Most people have the same reaction the first time they sit down to watch a game of tennis: "Huh!?" So, you see a player shoot a serve that bolts past the player, and you may start thinking to yourself, "Wow. There's a point. Score one for that serve!" But all that happens is the score changes from 15-love to 30-love. What the heck is going on in tennis? When a guy kicks the ball past the goalie in soccer, it's a point. When the ball goes through the net in basketball, points are awarded. When the ball breaks the plane in football, it's a touchdown. But when one scores in tennis, they actually have to score a few times in order to earn a single point, and then repeat that process a bunch before they score enough to win a game. It's no wonder that the games last for multiple hours.
It's okay, though; understanding the scoring system in tennis seems a bit self-explanatory once it's broken down properly. And if you decide to signup with one of our recommended legal tennis betting sites, this will come second nature to you.
How Scoring in Tennis Operates - Points, Games and Sets
To really put this into layman's terms so everyone can understand it, let's look at tennis scoring as 0-0. Or, as it's called in tennis, love-love. Let's say John Doe and Joe Smith are playing one another again, and the score is love-love in the first set of the match. Now, let's say it's John's serve and he bolts one by that Joe can't return. This is an ace, and it scores for John. Only instead of a point, it builds up to that point. It starts out by giving John 15, while Joe still has love. Next serve, let's say Joe hits it back and it bounces twice before John gets to it. Now it's tied 15-15. Technically, each player has a point. Each 15-point increment counts as a single point, and a player must score four points to win a game, which illustrates itself as a single point in the column.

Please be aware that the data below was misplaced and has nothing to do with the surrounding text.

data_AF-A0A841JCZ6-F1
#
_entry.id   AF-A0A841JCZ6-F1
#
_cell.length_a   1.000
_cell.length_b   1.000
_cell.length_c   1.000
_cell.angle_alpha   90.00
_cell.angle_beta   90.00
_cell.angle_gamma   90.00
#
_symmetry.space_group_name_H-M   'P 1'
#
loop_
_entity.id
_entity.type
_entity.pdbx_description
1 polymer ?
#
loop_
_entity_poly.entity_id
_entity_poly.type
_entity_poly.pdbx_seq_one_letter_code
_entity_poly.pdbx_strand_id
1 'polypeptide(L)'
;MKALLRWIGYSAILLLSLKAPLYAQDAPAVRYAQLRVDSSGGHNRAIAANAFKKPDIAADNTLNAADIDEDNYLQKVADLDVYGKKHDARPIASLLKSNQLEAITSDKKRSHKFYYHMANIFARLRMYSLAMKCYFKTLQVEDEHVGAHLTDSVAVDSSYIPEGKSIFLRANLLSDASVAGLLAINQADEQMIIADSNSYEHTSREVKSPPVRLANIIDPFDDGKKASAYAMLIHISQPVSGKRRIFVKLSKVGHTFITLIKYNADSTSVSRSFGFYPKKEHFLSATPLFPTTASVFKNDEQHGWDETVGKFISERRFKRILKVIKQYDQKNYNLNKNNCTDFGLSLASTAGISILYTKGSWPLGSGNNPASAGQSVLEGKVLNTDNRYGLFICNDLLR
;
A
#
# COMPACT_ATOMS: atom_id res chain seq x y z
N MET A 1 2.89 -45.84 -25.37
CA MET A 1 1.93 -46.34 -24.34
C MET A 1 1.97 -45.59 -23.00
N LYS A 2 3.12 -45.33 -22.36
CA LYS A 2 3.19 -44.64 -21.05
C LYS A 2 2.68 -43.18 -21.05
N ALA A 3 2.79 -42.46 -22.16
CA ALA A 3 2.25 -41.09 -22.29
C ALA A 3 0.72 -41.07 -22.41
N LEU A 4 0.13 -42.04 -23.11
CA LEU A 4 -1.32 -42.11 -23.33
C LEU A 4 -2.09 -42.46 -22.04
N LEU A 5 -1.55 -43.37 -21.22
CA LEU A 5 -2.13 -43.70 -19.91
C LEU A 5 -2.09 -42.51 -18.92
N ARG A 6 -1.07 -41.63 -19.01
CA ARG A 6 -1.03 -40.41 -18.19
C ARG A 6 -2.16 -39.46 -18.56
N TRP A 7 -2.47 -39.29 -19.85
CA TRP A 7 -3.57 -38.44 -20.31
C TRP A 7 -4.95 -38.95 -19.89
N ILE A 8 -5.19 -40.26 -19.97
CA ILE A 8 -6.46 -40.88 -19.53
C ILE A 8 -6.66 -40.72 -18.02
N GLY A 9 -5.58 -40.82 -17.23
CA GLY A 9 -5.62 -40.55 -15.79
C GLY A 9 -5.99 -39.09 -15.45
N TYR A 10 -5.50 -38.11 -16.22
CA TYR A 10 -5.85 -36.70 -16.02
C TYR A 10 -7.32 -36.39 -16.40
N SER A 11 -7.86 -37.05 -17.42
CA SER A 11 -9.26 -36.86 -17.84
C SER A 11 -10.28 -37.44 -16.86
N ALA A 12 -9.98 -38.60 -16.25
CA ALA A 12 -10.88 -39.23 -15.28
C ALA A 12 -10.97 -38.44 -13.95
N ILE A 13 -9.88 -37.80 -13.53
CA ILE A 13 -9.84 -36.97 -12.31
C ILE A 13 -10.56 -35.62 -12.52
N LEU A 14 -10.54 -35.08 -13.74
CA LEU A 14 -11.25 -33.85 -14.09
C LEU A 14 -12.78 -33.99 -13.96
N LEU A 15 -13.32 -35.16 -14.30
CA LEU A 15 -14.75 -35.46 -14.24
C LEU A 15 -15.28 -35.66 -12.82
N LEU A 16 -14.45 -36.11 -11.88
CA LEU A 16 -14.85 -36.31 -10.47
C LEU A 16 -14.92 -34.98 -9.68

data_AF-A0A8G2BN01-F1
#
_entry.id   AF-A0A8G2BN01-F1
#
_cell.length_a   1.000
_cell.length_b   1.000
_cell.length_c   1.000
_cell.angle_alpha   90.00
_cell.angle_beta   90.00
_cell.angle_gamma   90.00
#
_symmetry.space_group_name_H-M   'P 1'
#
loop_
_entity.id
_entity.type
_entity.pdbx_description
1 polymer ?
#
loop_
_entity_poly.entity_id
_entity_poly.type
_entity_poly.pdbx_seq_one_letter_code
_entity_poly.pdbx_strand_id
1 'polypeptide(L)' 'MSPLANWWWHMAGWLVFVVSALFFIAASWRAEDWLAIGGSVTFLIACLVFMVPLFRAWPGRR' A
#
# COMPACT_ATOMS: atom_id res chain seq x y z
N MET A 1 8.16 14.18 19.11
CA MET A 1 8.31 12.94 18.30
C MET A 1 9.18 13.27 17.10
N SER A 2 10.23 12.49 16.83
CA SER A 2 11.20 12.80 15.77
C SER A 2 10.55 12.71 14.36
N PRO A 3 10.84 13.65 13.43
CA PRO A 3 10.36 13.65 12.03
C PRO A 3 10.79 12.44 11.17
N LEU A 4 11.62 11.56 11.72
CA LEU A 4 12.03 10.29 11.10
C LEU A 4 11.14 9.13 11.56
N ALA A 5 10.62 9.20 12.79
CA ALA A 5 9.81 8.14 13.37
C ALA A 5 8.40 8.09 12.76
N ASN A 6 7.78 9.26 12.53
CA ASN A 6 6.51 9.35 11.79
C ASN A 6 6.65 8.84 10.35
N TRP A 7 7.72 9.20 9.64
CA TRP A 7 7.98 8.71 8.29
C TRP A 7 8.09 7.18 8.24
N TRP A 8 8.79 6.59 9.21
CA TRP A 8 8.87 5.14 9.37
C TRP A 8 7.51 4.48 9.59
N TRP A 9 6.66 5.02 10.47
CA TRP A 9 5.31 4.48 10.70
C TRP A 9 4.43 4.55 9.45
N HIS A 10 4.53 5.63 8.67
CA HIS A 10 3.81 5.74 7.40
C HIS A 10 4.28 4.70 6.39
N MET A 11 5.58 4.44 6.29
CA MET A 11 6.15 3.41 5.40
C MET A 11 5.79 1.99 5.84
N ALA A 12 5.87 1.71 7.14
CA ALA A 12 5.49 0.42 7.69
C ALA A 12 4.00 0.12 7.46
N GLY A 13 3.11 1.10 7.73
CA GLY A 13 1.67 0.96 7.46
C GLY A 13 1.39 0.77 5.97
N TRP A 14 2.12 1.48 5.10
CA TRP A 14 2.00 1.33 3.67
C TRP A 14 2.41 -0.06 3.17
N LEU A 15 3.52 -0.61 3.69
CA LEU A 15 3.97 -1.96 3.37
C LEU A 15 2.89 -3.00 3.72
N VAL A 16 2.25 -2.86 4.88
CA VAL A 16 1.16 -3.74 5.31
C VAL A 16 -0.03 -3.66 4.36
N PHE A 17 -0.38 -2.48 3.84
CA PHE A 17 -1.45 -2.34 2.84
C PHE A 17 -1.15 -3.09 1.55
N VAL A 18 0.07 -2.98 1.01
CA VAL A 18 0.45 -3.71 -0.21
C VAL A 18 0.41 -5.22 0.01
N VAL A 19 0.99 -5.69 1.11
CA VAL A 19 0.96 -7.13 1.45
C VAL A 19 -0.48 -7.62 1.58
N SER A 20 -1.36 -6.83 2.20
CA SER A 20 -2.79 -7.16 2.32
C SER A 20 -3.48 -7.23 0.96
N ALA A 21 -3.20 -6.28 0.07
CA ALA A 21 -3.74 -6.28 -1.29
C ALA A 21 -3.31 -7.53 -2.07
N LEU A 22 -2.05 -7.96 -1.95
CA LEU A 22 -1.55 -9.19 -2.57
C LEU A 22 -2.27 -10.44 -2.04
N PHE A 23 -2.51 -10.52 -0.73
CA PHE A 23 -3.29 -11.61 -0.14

So, for instance, if Joe hits three more by John, his score will go from 15-15 to 30-15, then to 40-15, and then to 1-0, meaning that Joe has earned four points and has been awarded a game. Even if both players are 40-40, with three points a piece, the next one to win a point actually wins the game. You don't have to win a game by two points, like you must win a match by two games. That's a different story entirely.
So, let's say we're back at John and Joe's game, and it's been pretty even. In the first set, the two men are tied 5 games a piece. Joe breaks out and wins six games to John's five, but you have to win each set by two games, so it's not over until the score is 7-5, 8-6, 10-8, etc.
For the number of sets, it usually depends on the setting but will be either the best of three sets (2 of 3) or the best of five sets (3 of 5). Every set goes until a player wins six individual games, but cannot conclude until the player has won by at least two games. Again, these reasons compile to really make tennis last a long time. Not only can a match extend for five sets, but if it's a very close game, wherein the score is only within a single point, it will drag on and on until someone wins a match by two games.
However, one of the reasons that tennis doesn't go on for nine hours every match is that the tie break point was inserted a few decades ago. Let's say that John comes back on Joe and ties things up 6-6 in the forth set. To avoid a game that will drag out all night, the next person to win a game in the tie break system actually wins the set. So, in this instance, it will finish 7-6. But in every instance outside of a 6-6 situation, the player must win by two games.
One of the longest games on record was the match between Mahut and Isner at 2010 Wimbledon. The entire match went on for over 11 hours, and the final set alone lasted 8 hours and was spread out over three days. The final set was 70-68!
As you can see, however, the scoring system is easy enough to understand in tennis. It's all about making points, and scoring four points to win a game. Then you must win at least six games to take a set, and you must take either two of three or three of five sets to win a match.